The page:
The event furthermore featured an interactive panel and roundtable on Boosting collaboration for eco-inclusive enterprise development. Ideas and solutions for supporting the private sector to foster East Africa’s path towards an inclusive green economy were showcased by Jealous Chirove from the International Labour Organization, Sebastian Okeke from the African Development Bank, Samuel Rigu from Safi Organics and Noah Ssempijja from YICE Uganda (two formers Winners of the SAG-SEED Awards 2016), as well as Carolyne Kirabo from Yunus Social Business. The highly committed speakers shared valuable insights and success factors of entrepreneurial journeys and successful business development. Thereby having passion and dreaming big, as well as sharing this dream and the continuous search for new innovations revealed itself as crucial success factors from the founders’ perspectives. The enterprises also pointed to the lack of access to information on funding when struggling with financial challenges. While network and collaboration were clearly acknowledged as one of the most important success factors, the importance to set a goal before starting the partnership and to have a clear guideline of how the partnership will benefit both parts was emphasized.
A true highlight of the event was the SAG-SEED Award Ceremony, where six of the 15 winners of the prestigious SWITCH Africa Green (SAG)-SEED Awards from Kenya and Uganda were honoured for their innovative solutions and business cases. All Award winners contribute to locally implementing the 2030 SDG Agenda. The notable winners are Brent Technologies, Gorilla Conservation Coffee, and Masupa Enterprises from Uganda; and Horizon Business Ventures Limited, ICOSEED Enterprises, and Kencoco Limited from Kenya. Together they have achieved exceptional results from a societal and environmental perspective. They have provided more than 1,000 individuals with training, employment opportunities, and new income streams for farmers, youth, and women with this number expecting to grow further. This is on top of the environmental benefits such as mass reduction in consumer waste, and reduction of illegal logging and charcoal burning by 40%.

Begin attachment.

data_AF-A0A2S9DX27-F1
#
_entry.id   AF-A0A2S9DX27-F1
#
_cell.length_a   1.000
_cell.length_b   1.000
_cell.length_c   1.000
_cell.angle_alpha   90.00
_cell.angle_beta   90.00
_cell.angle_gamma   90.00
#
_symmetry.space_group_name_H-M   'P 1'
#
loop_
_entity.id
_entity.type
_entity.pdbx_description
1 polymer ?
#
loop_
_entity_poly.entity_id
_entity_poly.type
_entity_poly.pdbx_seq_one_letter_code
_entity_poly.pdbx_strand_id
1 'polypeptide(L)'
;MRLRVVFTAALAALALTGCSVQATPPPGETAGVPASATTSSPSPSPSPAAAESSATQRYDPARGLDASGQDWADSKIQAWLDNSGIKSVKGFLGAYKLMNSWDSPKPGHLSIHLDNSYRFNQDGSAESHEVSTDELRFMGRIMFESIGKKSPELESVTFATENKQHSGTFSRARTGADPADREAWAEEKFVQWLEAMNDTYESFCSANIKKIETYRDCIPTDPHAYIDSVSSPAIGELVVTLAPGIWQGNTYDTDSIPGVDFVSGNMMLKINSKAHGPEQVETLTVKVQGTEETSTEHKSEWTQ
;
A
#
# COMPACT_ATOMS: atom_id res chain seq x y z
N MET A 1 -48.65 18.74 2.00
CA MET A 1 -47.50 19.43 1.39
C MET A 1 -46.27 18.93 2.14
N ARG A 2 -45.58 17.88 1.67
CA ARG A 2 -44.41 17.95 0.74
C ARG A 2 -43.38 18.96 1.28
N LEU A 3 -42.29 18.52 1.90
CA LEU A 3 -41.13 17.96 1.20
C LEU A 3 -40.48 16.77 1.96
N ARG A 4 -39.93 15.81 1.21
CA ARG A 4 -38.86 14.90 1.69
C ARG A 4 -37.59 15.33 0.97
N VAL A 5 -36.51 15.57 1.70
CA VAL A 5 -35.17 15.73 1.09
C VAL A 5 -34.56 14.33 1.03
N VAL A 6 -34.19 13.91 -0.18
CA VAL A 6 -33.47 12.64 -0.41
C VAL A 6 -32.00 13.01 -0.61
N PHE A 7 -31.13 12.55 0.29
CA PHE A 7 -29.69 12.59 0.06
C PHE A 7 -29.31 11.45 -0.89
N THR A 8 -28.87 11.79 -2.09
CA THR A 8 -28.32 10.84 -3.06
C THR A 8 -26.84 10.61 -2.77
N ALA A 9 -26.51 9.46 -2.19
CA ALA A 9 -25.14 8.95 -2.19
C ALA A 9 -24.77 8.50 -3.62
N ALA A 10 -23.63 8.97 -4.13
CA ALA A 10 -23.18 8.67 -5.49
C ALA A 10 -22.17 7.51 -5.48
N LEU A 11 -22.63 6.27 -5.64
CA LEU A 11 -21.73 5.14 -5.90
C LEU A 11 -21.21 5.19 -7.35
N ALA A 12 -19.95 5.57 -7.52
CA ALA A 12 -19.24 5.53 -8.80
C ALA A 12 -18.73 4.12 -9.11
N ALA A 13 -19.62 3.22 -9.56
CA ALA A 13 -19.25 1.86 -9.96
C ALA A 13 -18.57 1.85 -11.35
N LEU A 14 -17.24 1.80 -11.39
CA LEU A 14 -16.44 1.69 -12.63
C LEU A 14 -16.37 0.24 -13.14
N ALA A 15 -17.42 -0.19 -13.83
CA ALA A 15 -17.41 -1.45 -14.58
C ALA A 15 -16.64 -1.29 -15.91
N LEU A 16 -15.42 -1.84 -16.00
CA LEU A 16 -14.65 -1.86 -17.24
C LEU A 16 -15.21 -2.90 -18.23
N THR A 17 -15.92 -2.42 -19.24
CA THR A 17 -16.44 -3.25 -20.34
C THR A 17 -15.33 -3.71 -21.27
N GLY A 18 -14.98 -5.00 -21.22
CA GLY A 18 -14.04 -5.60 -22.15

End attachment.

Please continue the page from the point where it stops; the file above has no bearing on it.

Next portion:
Finally, the event was accompanied by an Enterprise Solutions Exhibition that showcased innovative, local entrepreneurial approaches to sustainable development challenges in the region. Thereby SEED Winners and selected further inspiring eco-inclusive enterprises exhibited their products and business models in a marketplace format.
Participants valued the event as a platform to exchange insights and jointly develop new approaches. Also Cédric Merel, Head of Cooperation at the EU Delegation to Uganda who assured continued support for eco-inclusive SMEs:
The twofold objective of the European Union is to foster jobs creation and contribute to an economy more respectful of our environment. This means that we intend to engage more with the private sector on the sustainable path towards development. We want to build on the experience gained by SEED and support the incubation model for the creation and growth of more micro, small and medium-sized enterprises.